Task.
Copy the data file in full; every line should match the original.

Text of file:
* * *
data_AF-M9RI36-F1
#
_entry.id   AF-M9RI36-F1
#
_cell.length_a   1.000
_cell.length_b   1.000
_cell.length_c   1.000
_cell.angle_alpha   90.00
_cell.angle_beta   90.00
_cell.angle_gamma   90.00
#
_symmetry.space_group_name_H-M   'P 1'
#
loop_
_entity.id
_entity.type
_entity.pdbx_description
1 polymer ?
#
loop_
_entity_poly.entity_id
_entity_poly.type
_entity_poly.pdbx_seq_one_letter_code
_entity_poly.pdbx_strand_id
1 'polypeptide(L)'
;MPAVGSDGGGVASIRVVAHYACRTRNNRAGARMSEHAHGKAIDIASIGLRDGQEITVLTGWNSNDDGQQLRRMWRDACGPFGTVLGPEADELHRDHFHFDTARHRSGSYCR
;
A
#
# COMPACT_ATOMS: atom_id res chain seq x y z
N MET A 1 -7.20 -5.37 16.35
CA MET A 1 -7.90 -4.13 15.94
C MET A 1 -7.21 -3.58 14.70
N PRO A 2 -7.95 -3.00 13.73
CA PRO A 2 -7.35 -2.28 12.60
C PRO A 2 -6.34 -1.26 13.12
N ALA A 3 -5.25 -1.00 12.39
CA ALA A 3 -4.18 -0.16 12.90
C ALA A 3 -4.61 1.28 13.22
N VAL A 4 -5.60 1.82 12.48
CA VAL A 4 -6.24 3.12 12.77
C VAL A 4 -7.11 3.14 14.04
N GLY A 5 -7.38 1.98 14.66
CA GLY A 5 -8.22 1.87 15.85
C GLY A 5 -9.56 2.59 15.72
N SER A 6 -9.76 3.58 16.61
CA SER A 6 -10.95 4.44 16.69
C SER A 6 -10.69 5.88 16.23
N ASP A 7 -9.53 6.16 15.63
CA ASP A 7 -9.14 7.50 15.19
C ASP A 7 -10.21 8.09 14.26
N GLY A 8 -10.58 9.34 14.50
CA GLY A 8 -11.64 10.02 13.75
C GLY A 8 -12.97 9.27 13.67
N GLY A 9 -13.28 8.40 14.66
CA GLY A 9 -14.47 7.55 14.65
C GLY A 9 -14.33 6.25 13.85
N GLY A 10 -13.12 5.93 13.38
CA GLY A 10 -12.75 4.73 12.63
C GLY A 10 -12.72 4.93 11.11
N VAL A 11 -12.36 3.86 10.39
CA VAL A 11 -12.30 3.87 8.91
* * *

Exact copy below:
data_AF-M9RI36-F1
#
_entry.id   AF-M9RI36-F1
#
_cell.length_a   1.000
_cell.length_b   1.000
_cell.length_c   1.000
_cell.angle_alpha   90.00
_cell.angle_beta   90.00
_cell.angle_gamma   90.00
#
_symmetry.space_group_name_H-M   'P 1'
#
loop_
_entity.id
_entity.type
_entity.pdbx_description
1 polymer ?
#
loop_
_entity_poly.entity_id
_entity_poly.type
_entity_poly.pdbx_seq_one_letter_code
_entity_poly.pdbx_strand_id
1 'polypeptide(L)'
;MPAVGSDGGGVASIRVVAHYACRTRNNRAGARMSEHAHGKAIDIASIGLRDGQEITVLTGWNSNDDGQQLRRMWRDACGPFGTVLGPEADELHRDHFHFDTARHRSGSYCR
;
A
#
# COMPACT_ATOMS: atom_id res chain seq x y z
N MET A 1 -7.20 -5.37 16.35
CA MET A 1 -7.90 -4.13 15.94
C MET A 1 -7.21 -3.58 14.70
N PRO A 2 -7.95 -3.00 13.73
CA PRO A 2 -7.35 -2.28 12.60
C PRO A 2 -6.34 -1.26 13.12
N ALA A 3 -5.25 -1.00 12.39
CA ALA A 3 -4.18 -0.16 12.90
C ALA A 3 -4.61 1.28 13.22
N VAL A 4 -5.60 1.82 12.48
CA VAL A 4 -6.24 3.12 12.77
C VAL A 4 -7.11 3.14 14.04
N GLY A 5 -7.38 1.98 14.66
CA GLY A 5 -8.22 1.87 15.85
C GLY A 5 -9.56 2.59 15.72
N SER A 6 -9.76 3.58 16.61
CA SER A 6 -10.95 4.44 16.69
C SER A 6 -10.69 5.88 16.23
N ASP A 7 -9.53 6.16 15.63
CA ASP A 7 -9.14 7.50 15.19
C ASP A 7 -10.21 8.09 14.26
N GLY A 8 -10.58 9.34 14.50
CA GLY A 8 -11.64 10.02 13.75
C GLY A 8 -12.97 9.27 13.67
N GLY A 9 -13.28 8.40 14.66
CA GLY A 9 -14.47 7.55 14.65
C GLY A 9 -14.33 6.25 13.85
N GLY A 10 -13.12 5.93 13.38
CA GLY A 10 -12.75 4.73 12.63
C GLY A 10 -12.72 4.93 11.11
N VAL A 11 -12.36 3.86 10.39
CA VAL A 11 -12.30 3.87 8.91